Four years ago, with the guidance of the great Peter Jackson, young director Neill Blomkamp exploded onto the screen with the genre-transcending knockout District 9 – which was (and I hold this as truth even today) the best film of the year 2009. This completely off-the-radar South African film director and his friend – virgin actor Sharlto Copley – surprised us all in a resoundingly imaginative mockumentary turned action thriller, with insane amounts of violence as well as a seed of social commentary implanted into the consciousness of its audience about Apartheid.
With Elysium, now with thrice the budget of its predecessor, Blomkamp is out to prove that his fantastical debut was no fluke.
At the tail end of the 21st Century, Earth was overcrowded and polluted to ruin. The wealthy elite fled the planet and settled on a space station they built where they have lived out their lives, pampered, healthy, and carefree with lush lawns, swimming pools, mansions, robot servants, and machines that can heal people from pretty much anything – technology so advanced, it’s almost magic. Their immigration policy is to shoot incoming ships on sight and deport anyone that makes it. Though the wealthy elite are citizens of Elysium, they make their profits on Earth in factories like the one that employs our protagonist who constructs some of the very robots that hassle him on the way to work.
And unfortunately, the fruits of human achievement, particularly in the field of medicine, have not trickled down to the rest of the people on Earth.
Matt Damon acts rather naturally for his role of Max de Costa – a former carjacker on parole who is trying to move on from his life of crime. It’s going [mostly] well for him until he falls prey to an accident in the factory that exposes him to a lethal dose of radiation that will kill him in five days. Though Max has always dreamt of going to Elysium, now in his desperation to live, he’ll do anything to get there.
Jodie Foster plays a stoic Secretary of Defense Delacourt. At first she seems like the movie’s own iteration of Joe Arpaio, but her character’s ambitions far surpass petty law enforcement even if she sees it as critical to the endurance of Elysium’s way of life.
Alice Braga plays Frey – Max’s childhood flame who has a daughter on the verge of death from leukemia. Wagner Moura plays Spider – a crime boss who smuggles people to Elysium and William Fichtner plays John Carlyle – the factory owner who does dealings with Delacourt.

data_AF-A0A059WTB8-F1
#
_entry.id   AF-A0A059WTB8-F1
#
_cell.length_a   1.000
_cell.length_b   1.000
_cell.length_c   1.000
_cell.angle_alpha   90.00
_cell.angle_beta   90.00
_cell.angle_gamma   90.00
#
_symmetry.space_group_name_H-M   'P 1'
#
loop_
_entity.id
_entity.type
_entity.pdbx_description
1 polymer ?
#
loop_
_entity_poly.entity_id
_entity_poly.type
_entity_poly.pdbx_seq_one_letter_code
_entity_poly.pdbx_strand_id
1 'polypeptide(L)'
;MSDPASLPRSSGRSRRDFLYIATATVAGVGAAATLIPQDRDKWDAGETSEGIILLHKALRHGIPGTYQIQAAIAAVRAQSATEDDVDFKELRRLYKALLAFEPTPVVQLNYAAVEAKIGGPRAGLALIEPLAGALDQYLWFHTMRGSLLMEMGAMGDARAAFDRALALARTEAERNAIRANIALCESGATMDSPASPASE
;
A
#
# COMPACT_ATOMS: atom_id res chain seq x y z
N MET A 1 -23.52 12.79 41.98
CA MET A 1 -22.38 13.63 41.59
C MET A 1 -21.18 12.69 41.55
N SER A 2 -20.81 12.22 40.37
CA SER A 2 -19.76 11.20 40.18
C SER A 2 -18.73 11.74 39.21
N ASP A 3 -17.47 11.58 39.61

Sharlto Copley plays Agent Kruger. He’s…you know what? I’m not even going to get into what he’s all about. Just be prepared to start clapping when he gets what’s coming for him.
See, Elysium’s greatest trick is that the rather unsubtle political commentary is actually the least interesting thing in the film. It functions as the setup for a conflict that is grounded in the core characters and not over righteous agenda. Like District 9, it’s incorporating a nuanced futuristic environment as a setting for a classic story. But politics do not guide the plot. The actions of our characters do.
Blomkamp has an innate understanding that action is inherently better when audiences actually like the characters involved and are aware of & empathetic to what they’re fighting for. In Elysium, characters reveal who they are, what they want, and their multi-dimensions through their actions rather than boring self-contemplative dialogue. The film’s second act is complicated, but that’s not the same as being convoluted. The seemingly heavy-handed storytelling comes from characters whose colliding interests are escalating and not because the script or director is disorienting an audience in order to mask a twist that’s meant to come later. Elysium is refreshingly free from such distractions. There’s no big mystery to unravel. There’s no pointless B-story melodrama hinting at the idea that Max might be the father of Frey’s daughter. This movie is exactly what you thought it would be, which is why it works and looks so cool in the process.
I don’t want to oversell it, though. Jodie Foster is the weak link of the film and though her character is written well, she isn’t quite as convincing in the role as she could have been. A few cues from Meryl Streep in The Iron Lady might have helped her out.